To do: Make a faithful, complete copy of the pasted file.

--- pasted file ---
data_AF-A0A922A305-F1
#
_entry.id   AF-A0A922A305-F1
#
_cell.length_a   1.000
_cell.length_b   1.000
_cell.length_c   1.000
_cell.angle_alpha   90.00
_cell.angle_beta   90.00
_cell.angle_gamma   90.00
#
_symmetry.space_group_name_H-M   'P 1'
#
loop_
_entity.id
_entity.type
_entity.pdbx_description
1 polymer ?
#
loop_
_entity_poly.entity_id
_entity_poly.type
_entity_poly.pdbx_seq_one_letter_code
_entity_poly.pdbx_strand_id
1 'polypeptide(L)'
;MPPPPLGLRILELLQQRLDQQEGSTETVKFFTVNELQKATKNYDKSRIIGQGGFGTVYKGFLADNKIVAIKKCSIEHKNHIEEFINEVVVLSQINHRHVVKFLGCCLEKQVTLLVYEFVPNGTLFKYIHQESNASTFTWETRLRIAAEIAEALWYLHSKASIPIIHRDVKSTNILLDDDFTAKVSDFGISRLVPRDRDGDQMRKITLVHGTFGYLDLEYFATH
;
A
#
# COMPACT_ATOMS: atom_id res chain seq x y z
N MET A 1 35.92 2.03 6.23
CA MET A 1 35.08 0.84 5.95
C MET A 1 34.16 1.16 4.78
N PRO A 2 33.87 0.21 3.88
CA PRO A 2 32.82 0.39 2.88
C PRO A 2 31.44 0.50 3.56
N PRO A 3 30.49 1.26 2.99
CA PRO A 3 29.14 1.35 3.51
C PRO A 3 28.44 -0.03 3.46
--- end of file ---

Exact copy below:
data_AF-A0A922A305-F1
#
_entry.id   AF-A0A922A305-F1
#
_cell.length_a   1.000
_cell.length_b   1.000
_cell.length_c   1.000
_cell.angle_alpha   90.00
_cell.angle_beta   90.00
_cell.angle_gamma   90.00
#
_symmetry.space_group_name_H-M   'P 1'
#
loop_
_entity.id
_entity.type
_entity.pdbx_description
1 polymer ?
#
loop_
_entity_poly.entity_id
_entity_poly.type
_entity_poly.pdbx_seq_one_letter_code
_entity_poly.pdbx_strand_id
1 'polypeptide(L)'
;MPPPPLGLRILELLQQRLDQQEGSTETVKFFTVNELQKATKNYDKSRIIGQGGFGTVYKGFLADNKIVAIKKCSIEHKNHIEEFINEVVVLSQINHRHVVKFLGCCLEKQVTLLVYEFVPNGTLFKYIHQESNASTFTWETRLRIAAEIAEALWYLHSKASIPIIHRDVKSTNILLDDDFTAKVSDFGISRLVPRDRDGDQMRKITLVHGTFGYLDLEYFATH
;
A
#
# COMPACT_ATOMS: atom_id res chain seq x y z
N MET A 1 35.92 2.03 6.23
CA MET A 1 35.08 0.84 5.95
C MET A 1 34.16 1.16 4.78
N PRO A 2 33.87 0.21 3.88
CA PRO A 2 32.82 0.39 2.88
C PRO A 2 31.44 0.50 3.56
N PRO A 3 30.49 1.26 2.99
CA PRO A 3 29.14 1.35 3.51
C PRO A 3 28.44 -0.03 3.46